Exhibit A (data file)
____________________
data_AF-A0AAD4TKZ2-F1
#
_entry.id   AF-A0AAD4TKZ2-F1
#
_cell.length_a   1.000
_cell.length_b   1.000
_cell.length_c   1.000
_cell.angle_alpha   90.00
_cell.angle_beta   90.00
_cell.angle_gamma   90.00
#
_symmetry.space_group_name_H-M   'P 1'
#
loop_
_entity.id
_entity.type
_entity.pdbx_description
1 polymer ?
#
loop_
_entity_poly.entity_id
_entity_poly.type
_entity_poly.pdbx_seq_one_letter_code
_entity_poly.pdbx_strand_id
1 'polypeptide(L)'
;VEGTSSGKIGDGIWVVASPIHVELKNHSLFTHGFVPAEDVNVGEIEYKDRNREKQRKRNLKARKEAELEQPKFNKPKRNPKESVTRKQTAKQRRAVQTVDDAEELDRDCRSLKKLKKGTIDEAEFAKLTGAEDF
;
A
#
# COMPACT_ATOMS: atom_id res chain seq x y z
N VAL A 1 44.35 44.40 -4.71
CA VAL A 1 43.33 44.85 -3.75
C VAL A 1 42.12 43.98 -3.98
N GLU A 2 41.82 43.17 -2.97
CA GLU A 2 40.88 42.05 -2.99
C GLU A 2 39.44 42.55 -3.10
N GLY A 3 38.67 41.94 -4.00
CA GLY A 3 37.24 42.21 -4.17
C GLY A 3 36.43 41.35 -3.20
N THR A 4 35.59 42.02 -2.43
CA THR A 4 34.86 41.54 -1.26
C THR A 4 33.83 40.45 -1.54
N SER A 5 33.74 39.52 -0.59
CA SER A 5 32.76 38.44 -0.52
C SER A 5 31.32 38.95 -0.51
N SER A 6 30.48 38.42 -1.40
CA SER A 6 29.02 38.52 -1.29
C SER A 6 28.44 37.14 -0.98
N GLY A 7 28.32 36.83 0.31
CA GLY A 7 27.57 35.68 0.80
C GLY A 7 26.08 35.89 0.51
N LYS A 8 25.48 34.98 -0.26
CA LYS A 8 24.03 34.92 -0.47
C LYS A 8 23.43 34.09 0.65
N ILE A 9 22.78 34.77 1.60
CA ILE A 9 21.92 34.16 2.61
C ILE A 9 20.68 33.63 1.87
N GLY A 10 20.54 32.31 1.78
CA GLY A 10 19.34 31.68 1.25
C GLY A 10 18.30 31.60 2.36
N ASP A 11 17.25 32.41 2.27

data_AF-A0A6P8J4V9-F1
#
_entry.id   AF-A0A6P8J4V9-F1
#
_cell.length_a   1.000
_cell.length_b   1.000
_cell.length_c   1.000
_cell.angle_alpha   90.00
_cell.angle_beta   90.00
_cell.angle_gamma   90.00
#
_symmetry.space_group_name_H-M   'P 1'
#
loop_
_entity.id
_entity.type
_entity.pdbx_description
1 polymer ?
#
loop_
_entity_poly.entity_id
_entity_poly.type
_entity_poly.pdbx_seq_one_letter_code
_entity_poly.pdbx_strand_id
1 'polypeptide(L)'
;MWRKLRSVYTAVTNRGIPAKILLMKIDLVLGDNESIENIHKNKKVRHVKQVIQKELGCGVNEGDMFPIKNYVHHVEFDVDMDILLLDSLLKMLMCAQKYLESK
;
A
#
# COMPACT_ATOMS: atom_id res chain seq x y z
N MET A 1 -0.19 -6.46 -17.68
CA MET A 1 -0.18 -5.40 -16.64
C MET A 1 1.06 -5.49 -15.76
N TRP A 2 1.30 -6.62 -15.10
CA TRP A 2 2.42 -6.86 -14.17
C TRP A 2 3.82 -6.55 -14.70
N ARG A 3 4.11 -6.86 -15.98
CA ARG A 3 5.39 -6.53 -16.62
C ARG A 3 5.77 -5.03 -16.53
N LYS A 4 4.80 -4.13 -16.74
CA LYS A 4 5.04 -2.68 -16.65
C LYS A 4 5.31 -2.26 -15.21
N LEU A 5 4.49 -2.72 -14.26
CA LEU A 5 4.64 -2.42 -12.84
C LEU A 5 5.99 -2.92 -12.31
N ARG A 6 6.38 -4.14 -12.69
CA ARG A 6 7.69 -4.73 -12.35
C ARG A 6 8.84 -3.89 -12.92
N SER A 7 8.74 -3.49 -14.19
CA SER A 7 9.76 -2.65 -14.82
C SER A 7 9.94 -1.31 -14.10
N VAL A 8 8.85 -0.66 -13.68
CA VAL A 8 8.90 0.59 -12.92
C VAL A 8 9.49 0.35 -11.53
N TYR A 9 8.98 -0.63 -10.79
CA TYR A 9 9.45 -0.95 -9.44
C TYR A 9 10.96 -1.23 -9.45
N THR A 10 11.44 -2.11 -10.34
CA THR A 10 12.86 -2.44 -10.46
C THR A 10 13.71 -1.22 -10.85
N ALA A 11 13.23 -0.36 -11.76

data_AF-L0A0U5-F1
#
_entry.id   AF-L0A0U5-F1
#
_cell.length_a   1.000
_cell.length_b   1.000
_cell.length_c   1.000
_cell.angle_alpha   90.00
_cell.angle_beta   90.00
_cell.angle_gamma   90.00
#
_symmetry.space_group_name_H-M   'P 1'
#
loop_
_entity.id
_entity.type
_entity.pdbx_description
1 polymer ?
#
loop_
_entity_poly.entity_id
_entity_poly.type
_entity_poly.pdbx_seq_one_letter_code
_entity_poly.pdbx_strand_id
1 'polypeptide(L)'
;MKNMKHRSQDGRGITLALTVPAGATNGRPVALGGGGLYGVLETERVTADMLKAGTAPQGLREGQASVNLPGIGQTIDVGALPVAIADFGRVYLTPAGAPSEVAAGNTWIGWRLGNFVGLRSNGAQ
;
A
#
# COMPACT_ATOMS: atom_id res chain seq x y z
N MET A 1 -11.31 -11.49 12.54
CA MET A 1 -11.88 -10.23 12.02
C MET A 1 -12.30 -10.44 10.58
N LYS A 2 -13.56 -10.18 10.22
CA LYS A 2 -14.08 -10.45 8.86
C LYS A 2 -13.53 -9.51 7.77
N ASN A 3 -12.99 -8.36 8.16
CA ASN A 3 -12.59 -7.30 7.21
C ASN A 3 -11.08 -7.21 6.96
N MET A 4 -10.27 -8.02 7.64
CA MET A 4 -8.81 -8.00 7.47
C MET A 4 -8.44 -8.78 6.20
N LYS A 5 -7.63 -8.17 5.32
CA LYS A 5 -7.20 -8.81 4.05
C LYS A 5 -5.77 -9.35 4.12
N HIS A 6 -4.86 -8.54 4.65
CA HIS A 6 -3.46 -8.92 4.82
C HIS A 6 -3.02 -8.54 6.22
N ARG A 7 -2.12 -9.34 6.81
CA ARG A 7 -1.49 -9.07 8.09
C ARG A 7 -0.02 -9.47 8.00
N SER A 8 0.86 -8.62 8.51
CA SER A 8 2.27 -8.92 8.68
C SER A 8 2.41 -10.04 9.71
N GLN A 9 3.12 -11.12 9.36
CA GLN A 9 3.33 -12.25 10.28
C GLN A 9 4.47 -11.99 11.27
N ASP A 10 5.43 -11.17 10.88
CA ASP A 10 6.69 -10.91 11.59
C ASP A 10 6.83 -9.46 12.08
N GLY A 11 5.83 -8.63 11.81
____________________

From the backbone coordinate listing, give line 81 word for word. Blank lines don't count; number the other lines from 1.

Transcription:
loop_